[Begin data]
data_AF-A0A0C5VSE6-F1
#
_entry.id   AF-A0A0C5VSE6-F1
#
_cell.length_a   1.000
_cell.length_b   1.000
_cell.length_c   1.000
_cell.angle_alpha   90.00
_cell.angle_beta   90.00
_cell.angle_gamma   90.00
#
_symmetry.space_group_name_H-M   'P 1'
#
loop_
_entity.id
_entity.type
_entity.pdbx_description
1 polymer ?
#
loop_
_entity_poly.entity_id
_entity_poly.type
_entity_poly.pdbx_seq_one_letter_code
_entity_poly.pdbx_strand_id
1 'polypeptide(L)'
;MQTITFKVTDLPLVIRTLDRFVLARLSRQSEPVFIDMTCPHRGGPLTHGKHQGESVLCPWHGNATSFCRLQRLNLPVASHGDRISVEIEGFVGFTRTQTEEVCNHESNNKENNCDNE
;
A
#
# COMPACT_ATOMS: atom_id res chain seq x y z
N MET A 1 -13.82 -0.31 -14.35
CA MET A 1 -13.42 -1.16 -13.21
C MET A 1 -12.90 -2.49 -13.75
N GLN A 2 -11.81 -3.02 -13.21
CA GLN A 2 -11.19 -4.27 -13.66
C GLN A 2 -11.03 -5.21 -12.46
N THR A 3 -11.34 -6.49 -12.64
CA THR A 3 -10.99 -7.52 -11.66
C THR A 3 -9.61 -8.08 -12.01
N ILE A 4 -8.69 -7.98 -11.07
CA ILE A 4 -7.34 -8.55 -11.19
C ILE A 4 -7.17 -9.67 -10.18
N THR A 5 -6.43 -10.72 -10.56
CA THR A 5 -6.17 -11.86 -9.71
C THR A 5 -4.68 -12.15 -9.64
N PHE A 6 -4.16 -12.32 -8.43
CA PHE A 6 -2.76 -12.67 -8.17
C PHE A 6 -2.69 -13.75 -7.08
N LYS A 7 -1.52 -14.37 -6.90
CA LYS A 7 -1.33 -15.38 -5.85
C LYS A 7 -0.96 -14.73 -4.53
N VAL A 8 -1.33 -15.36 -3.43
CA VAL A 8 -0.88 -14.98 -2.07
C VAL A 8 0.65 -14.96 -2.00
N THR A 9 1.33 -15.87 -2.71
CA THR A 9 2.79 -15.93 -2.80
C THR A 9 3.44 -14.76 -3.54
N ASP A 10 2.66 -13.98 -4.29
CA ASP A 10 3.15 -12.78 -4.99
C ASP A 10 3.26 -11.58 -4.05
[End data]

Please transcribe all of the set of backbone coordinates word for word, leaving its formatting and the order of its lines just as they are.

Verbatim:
data_AF-A0A0C5VSE6-F1
#
_entry.id   AF-A0A0C5VSE6-F1
#
_cell.length_a   1.000
_cell.length_b   1.000
_cell.length_c   1.000
_cell.angle_alpha   90.00
_cell.angle_beta   90.00
_cell.angle_gamma   90.00
#
_symmetry.space_group_name_H-M   'P 1'
#
loop_
_entity.id
_entity.type
_entity.pdbx_description
1 polymer ?
#
loop_
_entity_poly.entity_id
_entity_poly.type
_entity_poly.pdbx_seq_one_letter_code
_entity_poly.pdbx_strand_id
1 'polypeptide(L)'
;MQTITFKVTDLPLVIRTLDRFVLARLSRQSEPVFIDMTCPHRGGPLTHGKHQGESVLCPWHGNATSFCRLQRLNLPVASHGDRISVEIEGFVGFTRTQTEEVCNHESNNKENNCDNE
;
A
#
# COMPACT_ATOMS: atom_id res chain seq x y z
N MET A 1 -13.82 -0.31 -14.35
CA MET A 1 -13.42 -1.16 -13.21
C MET A 1 -12.90 -2.49 -13.75
N GLN A 2 -11.81 -3.02 -13.21
CA GLN A 2 -11.19 -4.27 -13.66
C GLN A 2 -11.03 -5.21 -12.46
N THR A 3 -11.34 -6.49 -12.64
CA THR A 3 -10.99 -7.52 -11.66
C THR A 3 -9.61 -8.08 -12.01
N ILE A 4 -8.69 -7.98 -11.07
CA ILE A 4 -7.34 -8.55 -11.19
C ILE A 4 -7.17 -9.67 -10.18
N THR A 5 -6.43 -10.72 -10.56
CA THR A 5 -6.17 -11.86 -9.71
C THR A 5 -4.68 -12.15 -9.64
N PHE A 6 -4.16 -12.32 -8.43
CA PHE A 6 -2.76 -12.67 -8.17
C PHE A 6 -2.69 -13.75 -7.08
N LYS A 7 -1.52 -14.37 -6.90
CA LYS A 7 -1.33 -15.38 -5.85
C LYS A 7 -0.96 -14.73 -4.53
N VAL A 8 -1.33 -15.36 -3.43
CA VAL A 8 -0.88 -14.98 -2.07
C VAL A 8 0.65 -14.96 -2.00
N THR A 9 1.33 -15.87 -2.71
CA THR A 9 2.79 -15.93 -2.80
C THR A 9 3.44 -14.76 -3.54
N ASP A 10 2.66 -13.98 -4.29
CA ASP A 10 3.15 -12.78 -4.99
C ASP A 10 3.26 -11.58 -4.05